What Are You Smoking?
On a journey to Helinki, Finland, myMEGusta was reminded of how delicious and varied “preserved” salmon can be, in various guises.
The three best known are cold smoked (looks raw, tastes smoky, usually served sliced thin), hot smoked (looks cooked, also tastes smoky, usually served hot) and gravlax (marinated rather than smoked, raw, also usually served sliced thin).
One fabulous lunch was seasonal simplicity: Hot smoked salmon on bed of mashed potatoes, with leeks and morels. The smoky flavor of the extremely moist fish was a perfect complement to the vegetables. It is ubiquitous in Helsinki, although not so easy to find stateside, with the exception of Seattle. In this Scandinavian city, there are hot smoked fish stands in the markets, and even a lady selling potato cakes and smoked salmon from a boat.
Another took an entirely different turn to open sandwiches, one spicy crayfish and the other a rosette shaped arrangement of cold smoked salmon on rye bread at the Old Market Hall. The fishmonger E Eriksson is one of Scandinavia’s oldest, and still a family run business, with a massive, multinational business in addition to the charming stalls in the market, including the oyster bar where you can enjoy a good French Chablis with your impeccably fresh lunch.
It was dismaying on one occasion when a lovely outdoor café on the Esplanade had a pretty pedestrian menu (and it was a Sunday, with not a lot of choices), but then there was a twist on the usual Caesar Salad. In addition to the usual suspects to garnish the salad (chicken, shrimp, ho hum) smoked rainbow trout was an option, and what a treat is was! A close relative of salmon, this was juicy and a perfect complement to the lettuce mélange it rested on.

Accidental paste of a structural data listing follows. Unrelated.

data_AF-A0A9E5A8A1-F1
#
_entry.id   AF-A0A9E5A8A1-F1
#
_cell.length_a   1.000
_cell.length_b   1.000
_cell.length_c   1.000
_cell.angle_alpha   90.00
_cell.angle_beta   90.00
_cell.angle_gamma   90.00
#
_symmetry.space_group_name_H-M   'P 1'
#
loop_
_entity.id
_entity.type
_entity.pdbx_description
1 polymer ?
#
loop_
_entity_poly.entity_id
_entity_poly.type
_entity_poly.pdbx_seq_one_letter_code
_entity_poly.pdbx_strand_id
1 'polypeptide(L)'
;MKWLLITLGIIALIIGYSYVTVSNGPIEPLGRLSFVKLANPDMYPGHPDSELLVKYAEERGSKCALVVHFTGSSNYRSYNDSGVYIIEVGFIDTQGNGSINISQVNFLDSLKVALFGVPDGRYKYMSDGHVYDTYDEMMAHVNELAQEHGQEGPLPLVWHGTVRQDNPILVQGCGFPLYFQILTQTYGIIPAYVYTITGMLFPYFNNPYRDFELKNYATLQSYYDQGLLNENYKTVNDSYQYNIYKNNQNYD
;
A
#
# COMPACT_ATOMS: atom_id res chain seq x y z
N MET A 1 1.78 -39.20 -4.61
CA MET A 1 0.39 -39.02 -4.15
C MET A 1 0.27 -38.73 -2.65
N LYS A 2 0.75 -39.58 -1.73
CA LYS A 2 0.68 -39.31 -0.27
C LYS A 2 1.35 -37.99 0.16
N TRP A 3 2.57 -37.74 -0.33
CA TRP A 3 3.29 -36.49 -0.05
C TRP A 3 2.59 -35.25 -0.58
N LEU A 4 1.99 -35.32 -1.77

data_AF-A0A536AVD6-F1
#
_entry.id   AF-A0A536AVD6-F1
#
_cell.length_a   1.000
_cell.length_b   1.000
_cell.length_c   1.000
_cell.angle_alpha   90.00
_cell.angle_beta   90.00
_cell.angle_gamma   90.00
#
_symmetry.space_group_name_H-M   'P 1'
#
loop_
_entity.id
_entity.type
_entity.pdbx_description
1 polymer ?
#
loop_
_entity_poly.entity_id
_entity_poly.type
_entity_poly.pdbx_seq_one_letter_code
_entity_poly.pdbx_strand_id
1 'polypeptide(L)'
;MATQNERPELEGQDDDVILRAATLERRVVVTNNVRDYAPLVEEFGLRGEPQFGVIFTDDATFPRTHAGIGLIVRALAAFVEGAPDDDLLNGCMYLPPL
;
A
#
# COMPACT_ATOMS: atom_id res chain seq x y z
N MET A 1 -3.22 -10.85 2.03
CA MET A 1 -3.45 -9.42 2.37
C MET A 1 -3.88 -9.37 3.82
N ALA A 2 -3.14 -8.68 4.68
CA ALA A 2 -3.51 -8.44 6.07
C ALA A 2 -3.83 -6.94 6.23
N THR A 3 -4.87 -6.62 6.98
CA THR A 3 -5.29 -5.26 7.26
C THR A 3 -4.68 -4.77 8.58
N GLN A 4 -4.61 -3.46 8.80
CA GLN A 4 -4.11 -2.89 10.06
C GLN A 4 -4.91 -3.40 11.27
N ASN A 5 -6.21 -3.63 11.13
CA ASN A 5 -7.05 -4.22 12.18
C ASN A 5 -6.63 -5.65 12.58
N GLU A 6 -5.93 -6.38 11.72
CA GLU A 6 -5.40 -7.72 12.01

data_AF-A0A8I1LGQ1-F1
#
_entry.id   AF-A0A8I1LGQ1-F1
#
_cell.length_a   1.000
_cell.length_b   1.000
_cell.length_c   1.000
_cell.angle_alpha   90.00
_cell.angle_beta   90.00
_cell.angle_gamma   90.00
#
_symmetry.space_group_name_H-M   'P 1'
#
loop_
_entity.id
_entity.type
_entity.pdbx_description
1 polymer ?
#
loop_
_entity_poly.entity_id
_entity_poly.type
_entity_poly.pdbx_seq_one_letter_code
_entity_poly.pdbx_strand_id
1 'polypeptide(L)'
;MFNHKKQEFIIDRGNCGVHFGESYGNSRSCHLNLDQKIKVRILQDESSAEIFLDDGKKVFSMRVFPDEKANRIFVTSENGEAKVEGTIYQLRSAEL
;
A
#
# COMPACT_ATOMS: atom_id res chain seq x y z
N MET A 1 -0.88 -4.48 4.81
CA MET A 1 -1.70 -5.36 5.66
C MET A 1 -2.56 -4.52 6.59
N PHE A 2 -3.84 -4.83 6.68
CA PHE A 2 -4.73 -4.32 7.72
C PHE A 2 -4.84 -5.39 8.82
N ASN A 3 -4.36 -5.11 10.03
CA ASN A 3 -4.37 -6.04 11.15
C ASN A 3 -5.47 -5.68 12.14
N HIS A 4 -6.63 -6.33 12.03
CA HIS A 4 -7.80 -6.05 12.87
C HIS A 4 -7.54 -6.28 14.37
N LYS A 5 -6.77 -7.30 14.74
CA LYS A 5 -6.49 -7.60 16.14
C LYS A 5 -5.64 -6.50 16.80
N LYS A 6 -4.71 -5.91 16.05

Another day, we’ll look at codfish, currently endangered in some areas, but once the mainstay of Europe and North America, whether fresh or preserved, which is the only way most people in warm climes ever tasted it. And, we’ll talk tuna: the perennial lunchbox staple in a can and the fresh treat that not so many years ago, wasn’t on the radar of anyone other than the (rare, in the old days) sushi lover.
Your story is very timely because we just returned from a cruise along the coast of Norway all the way up to Spitzbergen. The good news is that cod is still plentiful in the eastern part of the North Atlantic. Wild and farmed salmon is also available prepared in so many ways you describe so well. The Fishmarket in Bergen is a sight so see. Located in a stylish modern glass building it is combined with a small sit down area. There is a huge selection of fish and seafood, ready to eat or to prepare at home from prawns to live king crabs, from sea urchins to many varieties of fresh and cured salmon. It is paradise for seafood lovers!